Thc Soviets may feel there currently is little reason to sabotage Angola's talks with South Africa. Tbeand the South African withdrawal from southern Angola have diminished the security threat to the MPLAthreat that had prompted the Soviets to send record levels of arms to Luandaoreover, if thc cease-fire holds, the Angolans and Cubans could focus all of their energies toward thcnsurgency. The Soviets may haveabout temporarily leaving the Namibian SWAPO guerrillas in tbe lurch, but preserving the regime in Luandaore important*

Moscow has not changed its overall position on Na-nubia. It continues to callnilateral withdrawal of South African forces from Namibia and formentation of UNt also continues to cnucixc any formula that links the South African presence in Namibia to the Cuban troop presence in Angola, stating that thc Angolans and Cubans can consider the issue of Cuban withdrawal only after Namibia is independent and the security threat to Angola is eliminated. The Soviets presumably were pleased with the Angolan-Cuban joint statementonarch, which reaffirmed that the Cubans would not withdraw until after South Africa ends its support of UNITA. withdraws from both Angola and Namibia, and implements the UN plan for theOf N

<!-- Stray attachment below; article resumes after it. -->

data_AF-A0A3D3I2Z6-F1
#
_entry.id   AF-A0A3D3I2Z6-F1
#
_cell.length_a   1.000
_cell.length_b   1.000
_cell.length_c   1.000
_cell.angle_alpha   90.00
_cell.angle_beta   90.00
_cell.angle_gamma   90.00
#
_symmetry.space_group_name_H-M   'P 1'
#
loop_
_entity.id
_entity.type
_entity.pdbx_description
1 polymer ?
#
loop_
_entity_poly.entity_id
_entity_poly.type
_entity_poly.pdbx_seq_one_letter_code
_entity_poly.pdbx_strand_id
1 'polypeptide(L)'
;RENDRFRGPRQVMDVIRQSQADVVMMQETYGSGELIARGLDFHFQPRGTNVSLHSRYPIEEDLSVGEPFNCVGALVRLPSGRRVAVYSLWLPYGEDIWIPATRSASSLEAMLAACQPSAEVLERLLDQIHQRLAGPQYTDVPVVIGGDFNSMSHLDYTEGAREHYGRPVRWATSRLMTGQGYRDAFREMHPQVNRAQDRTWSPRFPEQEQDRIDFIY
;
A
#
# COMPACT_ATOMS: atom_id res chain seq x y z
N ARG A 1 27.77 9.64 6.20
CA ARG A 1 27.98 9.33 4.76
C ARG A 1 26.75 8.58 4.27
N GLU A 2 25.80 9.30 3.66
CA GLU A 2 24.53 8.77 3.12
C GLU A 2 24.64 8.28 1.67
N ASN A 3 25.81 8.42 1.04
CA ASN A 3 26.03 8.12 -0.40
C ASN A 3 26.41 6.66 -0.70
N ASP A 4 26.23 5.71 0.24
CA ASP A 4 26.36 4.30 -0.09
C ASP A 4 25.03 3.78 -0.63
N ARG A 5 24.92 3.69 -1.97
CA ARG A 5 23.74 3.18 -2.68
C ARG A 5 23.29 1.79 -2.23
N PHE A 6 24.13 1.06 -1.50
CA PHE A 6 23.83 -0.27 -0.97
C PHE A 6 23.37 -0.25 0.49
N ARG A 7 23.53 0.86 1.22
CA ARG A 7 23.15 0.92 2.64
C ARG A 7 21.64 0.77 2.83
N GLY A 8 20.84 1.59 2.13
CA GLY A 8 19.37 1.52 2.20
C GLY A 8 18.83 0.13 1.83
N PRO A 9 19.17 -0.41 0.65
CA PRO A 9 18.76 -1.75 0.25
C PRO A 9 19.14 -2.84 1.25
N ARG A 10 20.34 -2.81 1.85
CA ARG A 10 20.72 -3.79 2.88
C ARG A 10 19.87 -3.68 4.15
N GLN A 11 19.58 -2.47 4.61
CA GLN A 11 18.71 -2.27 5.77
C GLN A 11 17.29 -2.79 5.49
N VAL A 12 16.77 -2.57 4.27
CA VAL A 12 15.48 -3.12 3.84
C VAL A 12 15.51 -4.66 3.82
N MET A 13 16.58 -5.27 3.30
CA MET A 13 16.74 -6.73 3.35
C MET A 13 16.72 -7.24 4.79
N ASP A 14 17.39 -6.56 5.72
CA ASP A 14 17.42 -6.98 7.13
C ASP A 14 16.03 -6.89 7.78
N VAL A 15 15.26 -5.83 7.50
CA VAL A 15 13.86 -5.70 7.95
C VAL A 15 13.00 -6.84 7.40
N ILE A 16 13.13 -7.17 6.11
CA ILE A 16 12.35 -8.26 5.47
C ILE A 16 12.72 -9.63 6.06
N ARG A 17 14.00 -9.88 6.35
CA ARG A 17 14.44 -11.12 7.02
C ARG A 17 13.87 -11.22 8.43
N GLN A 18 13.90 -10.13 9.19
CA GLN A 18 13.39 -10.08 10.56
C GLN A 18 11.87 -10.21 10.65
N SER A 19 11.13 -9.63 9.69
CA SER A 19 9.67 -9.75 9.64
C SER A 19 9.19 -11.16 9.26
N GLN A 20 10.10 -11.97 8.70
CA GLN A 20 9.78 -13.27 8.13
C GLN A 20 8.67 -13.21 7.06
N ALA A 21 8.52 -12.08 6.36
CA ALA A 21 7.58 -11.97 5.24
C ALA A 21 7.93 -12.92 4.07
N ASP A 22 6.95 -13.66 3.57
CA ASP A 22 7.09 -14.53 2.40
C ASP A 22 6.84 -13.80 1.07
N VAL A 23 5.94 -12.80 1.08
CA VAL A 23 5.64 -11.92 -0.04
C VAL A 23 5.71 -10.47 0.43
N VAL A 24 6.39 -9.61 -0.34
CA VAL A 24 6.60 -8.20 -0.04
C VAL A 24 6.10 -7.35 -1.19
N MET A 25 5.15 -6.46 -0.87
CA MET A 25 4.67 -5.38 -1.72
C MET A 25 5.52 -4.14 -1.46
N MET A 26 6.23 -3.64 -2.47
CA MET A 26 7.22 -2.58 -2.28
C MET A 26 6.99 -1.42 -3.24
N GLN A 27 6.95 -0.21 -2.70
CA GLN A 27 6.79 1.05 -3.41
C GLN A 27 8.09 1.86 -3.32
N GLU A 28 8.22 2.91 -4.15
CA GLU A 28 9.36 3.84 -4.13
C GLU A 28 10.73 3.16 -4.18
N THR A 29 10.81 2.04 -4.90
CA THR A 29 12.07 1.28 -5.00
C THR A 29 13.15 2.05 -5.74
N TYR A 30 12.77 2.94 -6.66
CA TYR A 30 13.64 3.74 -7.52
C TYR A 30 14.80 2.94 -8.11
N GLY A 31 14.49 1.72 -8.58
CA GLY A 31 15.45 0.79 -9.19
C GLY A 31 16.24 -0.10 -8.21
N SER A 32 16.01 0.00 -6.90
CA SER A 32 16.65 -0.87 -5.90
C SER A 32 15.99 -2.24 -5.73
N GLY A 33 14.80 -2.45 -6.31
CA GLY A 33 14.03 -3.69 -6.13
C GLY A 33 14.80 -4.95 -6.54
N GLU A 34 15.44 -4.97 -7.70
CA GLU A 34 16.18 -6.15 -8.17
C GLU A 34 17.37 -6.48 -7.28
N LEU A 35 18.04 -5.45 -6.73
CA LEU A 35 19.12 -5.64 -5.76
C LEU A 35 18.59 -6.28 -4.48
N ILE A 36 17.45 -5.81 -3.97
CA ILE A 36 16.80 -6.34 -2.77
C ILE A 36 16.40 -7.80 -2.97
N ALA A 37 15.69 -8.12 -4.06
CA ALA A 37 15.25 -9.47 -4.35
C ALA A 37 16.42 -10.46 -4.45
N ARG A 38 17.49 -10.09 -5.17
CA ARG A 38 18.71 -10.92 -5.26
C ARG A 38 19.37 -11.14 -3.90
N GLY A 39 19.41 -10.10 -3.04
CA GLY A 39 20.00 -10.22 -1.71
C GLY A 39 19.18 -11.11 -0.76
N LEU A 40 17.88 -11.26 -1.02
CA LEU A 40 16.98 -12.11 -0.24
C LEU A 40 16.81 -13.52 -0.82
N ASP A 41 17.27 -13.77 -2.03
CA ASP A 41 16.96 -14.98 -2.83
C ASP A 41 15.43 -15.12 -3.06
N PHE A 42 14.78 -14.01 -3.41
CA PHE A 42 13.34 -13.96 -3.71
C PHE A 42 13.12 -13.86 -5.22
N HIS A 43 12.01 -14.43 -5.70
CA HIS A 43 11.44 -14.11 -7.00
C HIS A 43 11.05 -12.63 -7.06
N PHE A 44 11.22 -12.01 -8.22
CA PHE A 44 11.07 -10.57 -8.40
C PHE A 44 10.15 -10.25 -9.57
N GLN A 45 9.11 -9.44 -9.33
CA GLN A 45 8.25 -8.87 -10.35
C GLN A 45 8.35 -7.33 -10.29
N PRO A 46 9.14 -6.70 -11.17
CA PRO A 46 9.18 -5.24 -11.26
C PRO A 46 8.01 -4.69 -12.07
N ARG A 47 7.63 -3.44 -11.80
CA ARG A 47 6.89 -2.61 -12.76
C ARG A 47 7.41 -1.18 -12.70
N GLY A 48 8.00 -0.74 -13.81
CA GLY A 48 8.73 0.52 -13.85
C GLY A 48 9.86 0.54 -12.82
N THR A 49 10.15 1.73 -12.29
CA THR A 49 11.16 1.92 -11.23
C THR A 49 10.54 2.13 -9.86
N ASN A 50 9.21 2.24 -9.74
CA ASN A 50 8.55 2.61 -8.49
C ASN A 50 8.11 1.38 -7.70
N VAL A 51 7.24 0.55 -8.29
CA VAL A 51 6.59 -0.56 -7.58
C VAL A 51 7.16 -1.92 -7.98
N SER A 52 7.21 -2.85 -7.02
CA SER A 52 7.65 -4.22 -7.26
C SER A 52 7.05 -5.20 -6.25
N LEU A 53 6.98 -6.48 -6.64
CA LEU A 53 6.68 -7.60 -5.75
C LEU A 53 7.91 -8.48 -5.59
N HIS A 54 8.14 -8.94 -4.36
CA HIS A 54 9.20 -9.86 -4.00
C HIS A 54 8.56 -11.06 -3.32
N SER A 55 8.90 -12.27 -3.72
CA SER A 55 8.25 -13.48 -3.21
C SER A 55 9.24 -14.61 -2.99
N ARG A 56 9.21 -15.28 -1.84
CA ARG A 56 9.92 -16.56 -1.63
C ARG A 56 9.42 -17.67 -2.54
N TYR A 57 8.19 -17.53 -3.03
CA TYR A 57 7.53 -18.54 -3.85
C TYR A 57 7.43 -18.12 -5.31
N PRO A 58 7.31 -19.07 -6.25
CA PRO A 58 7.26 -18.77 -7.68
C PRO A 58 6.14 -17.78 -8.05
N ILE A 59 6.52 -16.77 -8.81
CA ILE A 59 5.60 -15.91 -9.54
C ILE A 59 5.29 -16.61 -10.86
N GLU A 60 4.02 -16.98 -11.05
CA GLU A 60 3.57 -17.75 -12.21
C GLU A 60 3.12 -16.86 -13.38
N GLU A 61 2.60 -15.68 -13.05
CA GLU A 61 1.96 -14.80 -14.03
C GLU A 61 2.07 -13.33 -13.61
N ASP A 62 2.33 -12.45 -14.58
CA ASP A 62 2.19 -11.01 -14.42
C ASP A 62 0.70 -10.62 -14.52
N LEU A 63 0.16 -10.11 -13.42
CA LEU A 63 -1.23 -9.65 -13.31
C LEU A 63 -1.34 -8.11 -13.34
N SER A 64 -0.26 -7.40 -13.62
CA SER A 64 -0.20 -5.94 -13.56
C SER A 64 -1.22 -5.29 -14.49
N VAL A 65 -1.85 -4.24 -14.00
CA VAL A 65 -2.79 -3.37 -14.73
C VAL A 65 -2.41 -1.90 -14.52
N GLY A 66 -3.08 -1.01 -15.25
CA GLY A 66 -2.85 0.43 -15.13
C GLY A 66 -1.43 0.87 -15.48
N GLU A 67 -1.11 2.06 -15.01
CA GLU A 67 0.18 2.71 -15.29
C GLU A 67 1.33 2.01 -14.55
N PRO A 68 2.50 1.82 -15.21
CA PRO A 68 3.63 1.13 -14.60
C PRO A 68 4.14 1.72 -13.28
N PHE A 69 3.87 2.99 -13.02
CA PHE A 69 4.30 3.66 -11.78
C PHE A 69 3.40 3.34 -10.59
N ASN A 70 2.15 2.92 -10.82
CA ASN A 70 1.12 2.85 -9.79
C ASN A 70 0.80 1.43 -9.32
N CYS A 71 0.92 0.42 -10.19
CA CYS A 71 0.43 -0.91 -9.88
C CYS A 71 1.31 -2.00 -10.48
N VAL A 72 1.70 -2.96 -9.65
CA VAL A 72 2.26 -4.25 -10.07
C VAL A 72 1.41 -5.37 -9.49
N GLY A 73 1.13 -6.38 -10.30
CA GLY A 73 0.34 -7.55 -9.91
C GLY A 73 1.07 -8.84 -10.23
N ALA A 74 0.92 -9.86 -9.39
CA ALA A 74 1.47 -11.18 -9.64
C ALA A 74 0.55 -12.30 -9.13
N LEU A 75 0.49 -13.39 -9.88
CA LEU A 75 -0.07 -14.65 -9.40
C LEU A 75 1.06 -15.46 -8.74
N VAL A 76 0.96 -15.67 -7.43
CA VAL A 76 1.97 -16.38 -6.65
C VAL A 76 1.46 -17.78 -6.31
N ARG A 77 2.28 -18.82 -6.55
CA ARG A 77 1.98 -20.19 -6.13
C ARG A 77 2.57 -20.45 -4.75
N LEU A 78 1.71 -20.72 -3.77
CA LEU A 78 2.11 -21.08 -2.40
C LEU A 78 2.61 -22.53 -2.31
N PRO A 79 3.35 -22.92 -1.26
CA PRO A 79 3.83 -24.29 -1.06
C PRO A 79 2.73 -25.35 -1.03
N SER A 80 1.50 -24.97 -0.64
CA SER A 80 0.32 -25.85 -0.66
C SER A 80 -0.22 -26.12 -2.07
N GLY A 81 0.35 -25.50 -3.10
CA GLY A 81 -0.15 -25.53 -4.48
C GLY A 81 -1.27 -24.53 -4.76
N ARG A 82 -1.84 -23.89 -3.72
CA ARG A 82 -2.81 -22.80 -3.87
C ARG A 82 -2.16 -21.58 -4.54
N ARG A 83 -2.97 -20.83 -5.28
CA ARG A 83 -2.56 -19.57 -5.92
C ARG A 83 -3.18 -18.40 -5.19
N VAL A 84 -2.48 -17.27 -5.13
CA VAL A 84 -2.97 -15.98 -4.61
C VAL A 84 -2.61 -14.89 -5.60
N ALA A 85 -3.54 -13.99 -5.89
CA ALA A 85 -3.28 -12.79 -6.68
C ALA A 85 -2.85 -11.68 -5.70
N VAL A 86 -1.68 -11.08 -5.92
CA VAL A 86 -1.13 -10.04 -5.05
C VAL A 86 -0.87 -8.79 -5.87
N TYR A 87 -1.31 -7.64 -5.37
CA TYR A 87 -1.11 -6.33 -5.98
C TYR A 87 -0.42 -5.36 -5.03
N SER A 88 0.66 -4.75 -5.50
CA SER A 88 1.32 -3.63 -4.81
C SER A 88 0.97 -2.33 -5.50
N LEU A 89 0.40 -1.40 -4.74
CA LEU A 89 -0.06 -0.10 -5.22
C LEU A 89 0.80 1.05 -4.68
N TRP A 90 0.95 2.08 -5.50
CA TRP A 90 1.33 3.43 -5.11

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Mozambique

In contrast to the publicity it has accorded the Angolan cease-fire. Moscow only belatedlythe security accord between Mozambique and South Africa. We believe the delay reflects Soviet displeasure with FRELIMO leader Samora Machel.

The Soviets have grounds for concern over Machel's about-face. His rapprochement with Pretoria clearly undercuts Soviet interests and prestige and opens up new opportunities for Western inroads inMore importantly, from Moscow's perspective, it diminishes the already limited capabilities of thc African National Congress (ANCr-the Southinsurgent group iothus obstructs thc USSR's long-term objective of undermining theretoria jB"^